The prototype aircraft (designated CA-26 Sabre) first flew on 3 August 1953. The production aircraft were designated the CA-27 Sabre and first deliveries to the Royal Australian Air Force began in 1954. The first batch of aircraft were powered by the Avon 20 engine and were designated the Sabre Mk 30. Between 1957 and 1958 this batch had the wing slats removed and were redesignated Sabre Mk 31. These Sabres were supplemented by 20 new-build aircraft. The last batch of aircraft were designated Sabre Mk 32 and used the Avon 26 engine.

This aircraft A94-983 lives at Temora and travels the countryside for the local airshows.

Augusta Westland AW139 Night Vision Compatibility

AW139, currently, from off the top of my head, there are about 10 in the country, 3 with EMQ (Emergency Management Queensland) and a couple based at CHC YSBK  with the Air Ambulance and the rest are either on mines or doing offshore rigs.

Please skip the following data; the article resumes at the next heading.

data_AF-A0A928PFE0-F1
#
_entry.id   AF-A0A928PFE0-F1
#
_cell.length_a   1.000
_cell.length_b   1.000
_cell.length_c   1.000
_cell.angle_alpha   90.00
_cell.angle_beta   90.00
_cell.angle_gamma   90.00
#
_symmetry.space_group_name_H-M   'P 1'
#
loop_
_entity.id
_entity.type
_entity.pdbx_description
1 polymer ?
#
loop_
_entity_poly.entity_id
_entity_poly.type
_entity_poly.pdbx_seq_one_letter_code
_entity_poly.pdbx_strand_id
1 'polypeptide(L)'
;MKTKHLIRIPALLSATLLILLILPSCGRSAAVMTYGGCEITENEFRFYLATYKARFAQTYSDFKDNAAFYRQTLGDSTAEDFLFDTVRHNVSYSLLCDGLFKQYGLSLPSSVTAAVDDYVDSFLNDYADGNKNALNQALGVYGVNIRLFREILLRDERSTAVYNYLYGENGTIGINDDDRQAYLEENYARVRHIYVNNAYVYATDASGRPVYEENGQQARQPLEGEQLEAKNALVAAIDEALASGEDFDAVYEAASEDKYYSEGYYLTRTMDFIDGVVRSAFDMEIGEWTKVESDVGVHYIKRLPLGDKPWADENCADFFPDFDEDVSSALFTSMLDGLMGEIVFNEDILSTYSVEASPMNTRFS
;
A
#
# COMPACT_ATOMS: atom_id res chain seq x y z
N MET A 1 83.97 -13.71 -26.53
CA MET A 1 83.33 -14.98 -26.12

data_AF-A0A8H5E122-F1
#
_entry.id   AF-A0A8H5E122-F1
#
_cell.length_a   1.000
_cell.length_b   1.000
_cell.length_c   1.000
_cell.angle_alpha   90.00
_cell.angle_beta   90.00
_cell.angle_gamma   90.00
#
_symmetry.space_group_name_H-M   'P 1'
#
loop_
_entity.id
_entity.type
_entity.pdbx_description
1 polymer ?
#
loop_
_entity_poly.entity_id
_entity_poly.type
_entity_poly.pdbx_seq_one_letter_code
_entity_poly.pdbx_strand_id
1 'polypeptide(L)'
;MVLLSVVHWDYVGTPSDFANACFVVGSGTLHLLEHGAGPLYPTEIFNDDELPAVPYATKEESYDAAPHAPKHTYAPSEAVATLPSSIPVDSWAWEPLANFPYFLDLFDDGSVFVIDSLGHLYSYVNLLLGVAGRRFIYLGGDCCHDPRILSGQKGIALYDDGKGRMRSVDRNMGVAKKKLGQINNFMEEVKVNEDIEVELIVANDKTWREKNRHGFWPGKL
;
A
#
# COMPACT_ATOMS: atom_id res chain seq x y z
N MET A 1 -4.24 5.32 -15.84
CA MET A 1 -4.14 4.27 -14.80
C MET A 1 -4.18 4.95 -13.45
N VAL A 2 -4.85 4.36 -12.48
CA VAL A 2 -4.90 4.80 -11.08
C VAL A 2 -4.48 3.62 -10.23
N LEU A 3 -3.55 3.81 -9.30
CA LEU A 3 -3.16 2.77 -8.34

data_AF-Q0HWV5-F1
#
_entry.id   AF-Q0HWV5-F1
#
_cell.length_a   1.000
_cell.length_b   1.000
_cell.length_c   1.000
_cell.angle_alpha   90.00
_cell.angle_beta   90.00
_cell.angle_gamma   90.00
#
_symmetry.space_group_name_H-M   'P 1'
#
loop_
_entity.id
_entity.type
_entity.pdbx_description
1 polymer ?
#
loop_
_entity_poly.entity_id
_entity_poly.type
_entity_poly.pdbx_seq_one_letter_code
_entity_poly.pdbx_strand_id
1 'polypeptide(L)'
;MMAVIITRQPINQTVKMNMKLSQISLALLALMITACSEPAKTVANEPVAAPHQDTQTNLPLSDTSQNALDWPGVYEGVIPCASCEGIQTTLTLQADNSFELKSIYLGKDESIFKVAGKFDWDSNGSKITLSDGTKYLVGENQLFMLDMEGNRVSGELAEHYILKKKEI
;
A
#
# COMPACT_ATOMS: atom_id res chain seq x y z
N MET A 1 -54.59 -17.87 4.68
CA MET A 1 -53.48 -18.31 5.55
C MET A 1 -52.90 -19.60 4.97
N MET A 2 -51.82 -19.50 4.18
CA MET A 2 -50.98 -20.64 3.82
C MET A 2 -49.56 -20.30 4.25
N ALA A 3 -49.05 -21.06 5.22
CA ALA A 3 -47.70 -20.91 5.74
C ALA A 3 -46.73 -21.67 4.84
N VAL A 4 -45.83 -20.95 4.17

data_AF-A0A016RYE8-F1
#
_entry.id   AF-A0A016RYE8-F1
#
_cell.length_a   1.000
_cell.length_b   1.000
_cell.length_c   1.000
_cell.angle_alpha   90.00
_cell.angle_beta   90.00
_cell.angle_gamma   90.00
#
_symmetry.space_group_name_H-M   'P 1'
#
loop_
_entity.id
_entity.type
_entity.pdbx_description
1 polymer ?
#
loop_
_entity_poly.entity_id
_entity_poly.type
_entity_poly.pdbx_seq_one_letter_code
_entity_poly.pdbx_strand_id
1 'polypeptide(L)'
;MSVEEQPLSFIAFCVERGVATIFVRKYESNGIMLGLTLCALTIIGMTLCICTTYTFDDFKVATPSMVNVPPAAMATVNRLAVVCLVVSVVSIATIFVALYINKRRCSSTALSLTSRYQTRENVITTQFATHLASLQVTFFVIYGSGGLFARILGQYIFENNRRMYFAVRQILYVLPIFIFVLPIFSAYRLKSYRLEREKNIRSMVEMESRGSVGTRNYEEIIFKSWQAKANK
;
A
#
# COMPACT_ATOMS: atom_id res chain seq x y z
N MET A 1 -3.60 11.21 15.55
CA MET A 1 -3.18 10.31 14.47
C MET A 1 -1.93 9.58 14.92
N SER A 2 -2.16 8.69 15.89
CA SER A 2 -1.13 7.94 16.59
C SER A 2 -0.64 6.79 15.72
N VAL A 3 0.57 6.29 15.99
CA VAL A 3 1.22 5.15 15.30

These aircraft are pricey, however you do get a pretty premium package if you can see past some of the minor issues they have had in the past. The one thing I do love about these machines is the really modern, up to date cockpit and avionics, although I would feel a bit more at ease knowing there was a mechanical instrument in there somewhere :) Even the poor old standby attitude indicator is an electronic display!

Nonetheless, making these aircraft NVG compatible is pretty easy, they are more or less pretty well compatible outta the factory, excluding a few non compliant items and all the local mods its pretty well ready to.